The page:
Scientists Now Admitting that Disinfecting Surfaces a Waste of Time to Stop Viruses

When the coronavirus pandemic first flared up, doctors told people to disinfect surfaces to stop the spread of the coronavirus, but now scientists are changing direction and saying disinfecting is a waste of time.

When the so-called pandemic first began, stores across the nation quickly sold out of disinfecting sprays, wipes, gels, and related paper products. In some places some of these products are still hard to come by as people snap them up to “stay safe” from the virus.

But a year into this mostly overblown “crisis,” scientists are now saying that disinfecting surfaces doesn’t really do much to stop the transmission of the coronavirus and people can feel safe to stop doing it.

This isn’t coming from me, or some “right-wing” outlet. It’s coming from left-wing NPR:

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If a person infected with the coronavirus sneezes, coughs or talks loudly, droplets containing particles of the virus can travel through the air and eventually land on nearby surfaces. But the risk of getting infected from touching a surface contaminated by the virus is low, says Emanuel Goldman, a microbiologist at Rutgers University.

“In hospitals, surfaces have been tested near COVID-19 patients, and no infectious virus can be identified,” Goldman says.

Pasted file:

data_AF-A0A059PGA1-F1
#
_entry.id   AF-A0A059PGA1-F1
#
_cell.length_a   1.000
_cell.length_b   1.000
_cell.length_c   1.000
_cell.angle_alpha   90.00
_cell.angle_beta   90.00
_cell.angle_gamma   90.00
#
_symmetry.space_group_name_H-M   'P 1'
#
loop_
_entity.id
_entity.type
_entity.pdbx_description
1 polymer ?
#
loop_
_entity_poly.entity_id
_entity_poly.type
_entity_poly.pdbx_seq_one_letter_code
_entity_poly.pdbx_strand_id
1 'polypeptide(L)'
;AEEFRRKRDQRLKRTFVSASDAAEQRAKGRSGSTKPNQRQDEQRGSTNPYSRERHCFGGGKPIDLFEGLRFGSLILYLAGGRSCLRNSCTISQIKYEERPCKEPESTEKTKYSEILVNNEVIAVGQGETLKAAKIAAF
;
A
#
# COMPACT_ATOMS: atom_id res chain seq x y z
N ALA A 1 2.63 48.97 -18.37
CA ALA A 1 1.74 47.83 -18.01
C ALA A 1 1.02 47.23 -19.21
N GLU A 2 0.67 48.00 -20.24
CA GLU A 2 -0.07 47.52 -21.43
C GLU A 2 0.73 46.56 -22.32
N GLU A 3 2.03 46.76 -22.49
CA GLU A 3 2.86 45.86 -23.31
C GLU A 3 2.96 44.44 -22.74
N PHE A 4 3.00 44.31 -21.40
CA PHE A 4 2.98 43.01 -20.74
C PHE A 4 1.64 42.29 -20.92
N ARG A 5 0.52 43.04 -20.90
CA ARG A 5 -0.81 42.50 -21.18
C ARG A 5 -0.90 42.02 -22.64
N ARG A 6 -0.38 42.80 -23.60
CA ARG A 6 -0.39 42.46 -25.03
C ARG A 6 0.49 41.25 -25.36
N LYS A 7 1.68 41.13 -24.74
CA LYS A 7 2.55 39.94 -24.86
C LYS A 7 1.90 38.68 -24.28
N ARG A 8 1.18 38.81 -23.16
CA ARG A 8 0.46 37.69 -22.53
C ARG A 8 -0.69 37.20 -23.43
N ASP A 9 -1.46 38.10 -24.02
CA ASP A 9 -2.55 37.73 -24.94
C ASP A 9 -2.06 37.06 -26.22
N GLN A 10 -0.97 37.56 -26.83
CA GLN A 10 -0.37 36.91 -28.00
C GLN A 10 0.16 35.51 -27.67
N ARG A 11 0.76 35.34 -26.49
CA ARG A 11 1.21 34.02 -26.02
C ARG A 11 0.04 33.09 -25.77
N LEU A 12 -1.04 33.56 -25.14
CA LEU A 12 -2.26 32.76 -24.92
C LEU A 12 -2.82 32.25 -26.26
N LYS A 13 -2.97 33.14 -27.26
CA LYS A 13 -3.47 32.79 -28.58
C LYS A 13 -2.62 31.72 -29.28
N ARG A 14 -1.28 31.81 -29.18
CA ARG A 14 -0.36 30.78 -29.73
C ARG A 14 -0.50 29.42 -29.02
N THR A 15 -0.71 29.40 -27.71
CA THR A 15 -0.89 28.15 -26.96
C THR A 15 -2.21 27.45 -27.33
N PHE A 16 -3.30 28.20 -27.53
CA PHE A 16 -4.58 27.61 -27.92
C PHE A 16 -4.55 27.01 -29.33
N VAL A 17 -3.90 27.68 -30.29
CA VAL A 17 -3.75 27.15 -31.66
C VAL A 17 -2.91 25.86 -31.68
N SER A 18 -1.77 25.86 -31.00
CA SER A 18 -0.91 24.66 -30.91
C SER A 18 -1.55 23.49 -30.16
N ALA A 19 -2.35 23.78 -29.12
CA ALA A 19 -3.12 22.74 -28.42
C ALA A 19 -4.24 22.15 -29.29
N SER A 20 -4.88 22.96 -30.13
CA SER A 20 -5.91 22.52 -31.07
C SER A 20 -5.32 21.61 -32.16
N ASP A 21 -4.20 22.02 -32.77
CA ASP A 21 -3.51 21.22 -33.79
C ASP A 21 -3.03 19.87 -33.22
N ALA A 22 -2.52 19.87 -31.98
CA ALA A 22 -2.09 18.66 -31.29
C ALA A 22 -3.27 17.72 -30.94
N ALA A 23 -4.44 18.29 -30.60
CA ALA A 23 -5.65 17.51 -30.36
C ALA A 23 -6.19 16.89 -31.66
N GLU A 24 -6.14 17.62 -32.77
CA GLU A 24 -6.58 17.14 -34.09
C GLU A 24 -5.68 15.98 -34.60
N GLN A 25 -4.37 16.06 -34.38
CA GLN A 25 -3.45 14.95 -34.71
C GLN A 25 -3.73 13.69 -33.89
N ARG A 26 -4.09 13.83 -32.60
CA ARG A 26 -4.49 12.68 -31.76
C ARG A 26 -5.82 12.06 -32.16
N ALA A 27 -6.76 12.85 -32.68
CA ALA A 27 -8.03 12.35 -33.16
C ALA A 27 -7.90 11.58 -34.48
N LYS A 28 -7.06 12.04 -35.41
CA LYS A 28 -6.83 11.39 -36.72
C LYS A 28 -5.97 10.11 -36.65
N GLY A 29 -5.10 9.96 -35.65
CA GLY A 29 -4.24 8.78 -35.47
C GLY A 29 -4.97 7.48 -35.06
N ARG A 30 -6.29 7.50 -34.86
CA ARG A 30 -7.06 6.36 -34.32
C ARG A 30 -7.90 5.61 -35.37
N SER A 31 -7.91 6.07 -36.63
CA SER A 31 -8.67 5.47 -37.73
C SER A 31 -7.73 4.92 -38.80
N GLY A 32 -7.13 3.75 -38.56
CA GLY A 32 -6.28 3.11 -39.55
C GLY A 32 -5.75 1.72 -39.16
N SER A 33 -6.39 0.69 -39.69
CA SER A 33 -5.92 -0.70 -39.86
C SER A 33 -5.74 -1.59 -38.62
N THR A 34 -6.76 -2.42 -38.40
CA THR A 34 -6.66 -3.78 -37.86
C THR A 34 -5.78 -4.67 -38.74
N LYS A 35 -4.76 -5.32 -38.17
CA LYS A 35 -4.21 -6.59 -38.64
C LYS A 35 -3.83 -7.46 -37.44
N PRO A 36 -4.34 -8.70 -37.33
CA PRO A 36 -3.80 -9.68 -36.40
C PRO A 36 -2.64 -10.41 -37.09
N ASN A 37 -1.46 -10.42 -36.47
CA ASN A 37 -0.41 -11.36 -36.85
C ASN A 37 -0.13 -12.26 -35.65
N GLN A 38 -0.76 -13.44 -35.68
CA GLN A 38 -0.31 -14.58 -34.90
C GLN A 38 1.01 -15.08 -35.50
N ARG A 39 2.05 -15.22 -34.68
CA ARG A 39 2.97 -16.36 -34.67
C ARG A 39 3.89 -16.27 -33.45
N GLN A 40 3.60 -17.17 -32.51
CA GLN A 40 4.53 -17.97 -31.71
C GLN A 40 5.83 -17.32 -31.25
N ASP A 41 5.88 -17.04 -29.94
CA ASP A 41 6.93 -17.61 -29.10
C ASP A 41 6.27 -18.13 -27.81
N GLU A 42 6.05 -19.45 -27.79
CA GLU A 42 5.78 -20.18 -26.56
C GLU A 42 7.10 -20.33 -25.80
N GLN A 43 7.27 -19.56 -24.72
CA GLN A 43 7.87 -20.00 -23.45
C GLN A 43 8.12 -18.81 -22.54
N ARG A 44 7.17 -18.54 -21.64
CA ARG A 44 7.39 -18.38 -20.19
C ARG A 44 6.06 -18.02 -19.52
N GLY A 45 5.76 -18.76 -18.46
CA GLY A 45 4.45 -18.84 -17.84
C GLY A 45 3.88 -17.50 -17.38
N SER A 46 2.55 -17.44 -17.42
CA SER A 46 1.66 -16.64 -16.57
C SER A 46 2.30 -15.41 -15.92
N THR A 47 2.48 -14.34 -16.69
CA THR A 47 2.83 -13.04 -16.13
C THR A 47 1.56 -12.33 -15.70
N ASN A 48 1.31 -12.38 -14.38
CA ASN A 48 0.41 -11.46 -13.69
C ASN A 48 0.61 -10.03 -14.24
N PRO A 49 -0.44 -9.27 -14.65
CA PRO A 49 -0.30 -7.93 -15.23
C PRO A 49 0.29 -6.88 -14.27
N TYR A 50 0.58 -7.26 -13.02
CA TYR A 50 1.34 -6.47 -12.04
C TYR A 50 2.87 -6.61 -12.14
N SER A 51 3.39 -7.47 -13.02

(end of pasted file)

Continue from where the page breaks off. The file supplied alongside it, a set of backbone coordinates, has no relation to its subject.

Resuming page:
What’s found is viral RNA, which is like “the corpse of the virus,” he says. That’s what’s left over after the virus dies.

“They don’t find infectious virus, and that’s because the virus is very fragile in the environment — it decays very quickly,” Goldman says.

Scientists are now saying it is “overkill” to constantly try to disinfect the surfaces with which people come in contact.

In fact, these scientists are now saying that overuse of bleaches and cleaning solutions is bad for our health!

Spraying disinfectant is not only unproductive, but it’s potentially dangerous, according to Delphine Farmer, an atmospheric chemist at Colorado State University.

Heavy use of disinfectants, like bleach and hydrogen peroxide, can “produce toxic molecules that then we breathe,” she warns.

And breathing in toxic particles can affect our health, Farmer says. The molecules can react directly with the cells in lung tissue and cause oxidative stress. And certain molecules are known to be toxic. “It’s like breathing in poison,” she says.

There you go, folks. Stop using these silly disinfecting products. You are just wasting your money and time.

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Warner Todd Huston has been writing editorials and news since 2001 but started his writing career penning articles about U.S. history back in the early 1990s. Huston has appeared on Fox News, Fox Business Network, CNN, and several local Chicago News programs to discuss the issues of the day. Additionally, he is a regular guest on radio programs from coast to coast. Huston has also been a Breitbart News contributor since 2009. Warner works out of the Chicago area, a place he calls a "target rich environment" for political news.
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